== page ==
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World Pneumonia Day is celebrated to highlight the seriousness of pneumonia as a public health problem and to encourage more organizations/nations to look at ways of combating the disease. This day was first hosted in 2009 by Global Coalition against Child Pneumonia (GCCP) that was formed to help build public and political support to address this problem. It's marked every year on 12 November to:
  • Raise awareness about pneumonia, the world’s leading killer of children under the age of five;
  • Promote interventions to protect against, prevent and treat pneumonia; and
  • Generate action to combat pneumonia.

Key facts:

  • Pneumonia is the leading infectious killer of children under five years of age worldwide.
  • Pneumonia killed 920136 children under the age of 5 in 2015, accounting for 16% of all deaths of children under five years old.
  • Pneumonia is easily preventable and treatable cause of deaths in children and yet a child dies from the infection every 20 seconds.
  • Children can be protected from pneumonia; it can be prevented with simple interventions, and treated with low-cost, low-tech medication and care.

 

What is Pneumonia?

Pneumonia is an acute respiratory infection affecting lungs. Normally the alveoli (small sacs in lungs) are filled with air during breathing, however in pneumonia the alveoli are filled with pus and fluid which makes breathing painful and reduces oxygen intake. Pneumonia is caused by a number of infectious agents, including viruses, bacteria and fungi.

Presenting features of pneumonia in children under 5 years of age:

  • Cough and/or difficult breathing, with or without fever,
  • Fast breathing or lower chest wall indrawing (chest moves in or retracts during inhalation; while in a healthy person, the chest expands during inhalation).
  • Very severely ill infants may be unable to feed or drink and may also experience unconsciousness, hypothermia and convulsions.

Risk factors:

  • A child with a weak immune system such as undernourished or pre-existing illnesses (HIV, measles)
  • Environmental factors:
    • indoor air pollution(houses using wood or dung as a fuel))
    • living in crowded homes
    • exposure to second hand smoke by parental smoking

How is pneumonia transmitted?

Pneumonia can be transmitted in a number of ways-

  • The viruses and bacteria that are commonly found in a child's nose or throat can infect the lungs if they are inhaled.
  • Organism may also spread via air-borne droplets from a cough or sneeze.
  •  Pneumonia may spread through blood, especially during and shortly after birth.

Global Action Plan for Prevention and Control of Pneumonia and Diarrhoea:

The Integrated Global Action Plan for the Prevention and Control of Pneumonia and Diarrhoea (GAPPD), by WHO and UNICEF aims to accelerate pneumonia control with a combination of interventions to protect, prevent, and treat pneumonia in children. The goal is to reduce the deaths from pneumonia to fewer than 3 children in 1000 live births, and from diarrhoea to less than 1 in 1000 by 2025.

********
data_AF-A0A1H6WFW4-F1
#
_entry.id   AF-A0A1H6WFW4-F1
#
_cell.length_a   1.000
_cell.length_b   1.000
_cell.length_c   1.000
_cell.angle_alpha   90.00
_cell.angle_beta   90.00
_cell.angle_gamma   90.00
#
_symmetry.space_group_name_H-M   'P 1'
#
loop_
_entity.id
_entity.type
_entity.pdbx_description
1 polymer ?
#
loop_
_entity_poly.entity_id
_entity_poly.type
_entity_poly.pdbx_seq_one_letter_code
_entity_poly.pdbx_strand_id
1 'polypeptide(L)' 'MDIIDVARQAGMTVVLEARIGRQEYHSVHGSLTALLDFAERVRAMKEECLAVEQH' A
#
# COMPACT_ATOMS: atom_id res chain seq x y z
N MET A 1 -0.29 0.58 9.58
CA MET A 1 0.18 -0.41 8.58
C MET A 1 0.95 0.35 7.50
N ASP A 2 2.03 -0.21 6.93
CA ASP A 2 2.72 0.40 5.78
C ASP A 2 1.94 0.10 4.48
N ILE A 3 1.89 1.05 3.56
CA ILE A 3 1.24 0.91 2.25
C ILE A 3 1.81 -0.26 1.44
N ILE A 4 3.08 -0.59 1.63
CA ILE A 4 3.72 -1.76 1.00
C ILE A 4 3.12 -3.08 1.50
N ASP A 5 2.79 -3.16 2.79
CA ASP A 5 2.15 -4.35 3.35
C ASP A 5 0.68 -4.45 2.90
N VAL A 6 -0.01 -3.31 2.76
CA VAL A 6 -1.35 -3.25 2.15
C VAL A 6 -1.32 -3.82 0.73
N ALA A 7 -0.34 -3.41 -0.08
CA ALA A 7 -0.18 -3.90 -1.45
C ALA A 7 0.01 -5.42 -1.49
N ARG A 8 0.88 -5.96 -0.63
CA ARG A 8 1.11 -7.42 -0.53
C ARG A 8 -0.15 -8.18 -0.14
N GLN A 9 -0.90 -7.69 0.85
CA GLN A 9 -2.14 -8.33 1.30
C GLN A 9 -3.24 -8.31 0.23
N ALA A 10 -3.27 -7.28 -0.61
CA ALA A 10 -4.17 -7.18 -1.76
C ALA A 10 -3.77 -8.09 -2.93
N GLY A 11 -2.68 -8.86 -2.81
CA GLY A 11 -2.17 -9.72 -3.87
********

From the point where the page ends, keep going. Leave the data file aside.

Ministry of Health and Family Welfare, Government of India is functioning with other ministries through various national prorgrammes (such as MAA, UIP, ICDS) with the involvement of ASHA/ANM/anganwadi worker at community level to protect, prevent and treat pneumonia. Various activities to control pneumonia under child health programme* include:

(a)Protect children from pneumonia by promoting good health practices from birth by:

  • Exclusive breastfeeding for 6 months
  • Adequate complementary feeding
  • Vitamin A supplementation

(b)Prevent children becoming ill from pneumonia and diarrhea by:

  • Providing vaccination against diseases such as pertussis (whooping cough), measles, haemophilus influenza type B infections (Hib), pneumococcal (PCV) and rotavirus infections (Universal Immunisation Programme))
  • Encouraging handwashing with soap and water
  • Provision of safe drinking-water and sanitation
  • HIV prevention and antibiotic prophylaxis for HIV-infected and exposed children

(c)Treat children with appropriate treatment with timely access to trained health care providers either from a community-based health worker, or in a health facility if the disease is severe and can get the antibiotics and oxygen they need to get well.

There are three essential steps to reduce deaths among children under five with pneumonia:

1.    Recognize a child is sick: Caregivers may play an important role in recognizing pneumonia’s symptoms and for that all caregivers should know danger signs of pneumonia in children: cough and fast or difficult breathing.

2.    Seek appropriate care: The second step is for caregivers to seek appropriate medical care for a child with suspected pneumonia. (Appropriate care includes providers that can correctly diagnose and treat pneumonia, such as hospitals, health centres, dispensaries, community health workers, maternal and child health clinics, outreach clinics).

3.    Treat appropriately with antibiotics: Health personnel, including community health worker should treat children with pneumonia with appropriate antibiotics and refer severe cases to health facilities. Inappropriate antibiotic use will waste resources and it will also increase antibiotic resistance.

                                      “Stopping pneumonia isn’t about luck. It’s about action.”

 

References-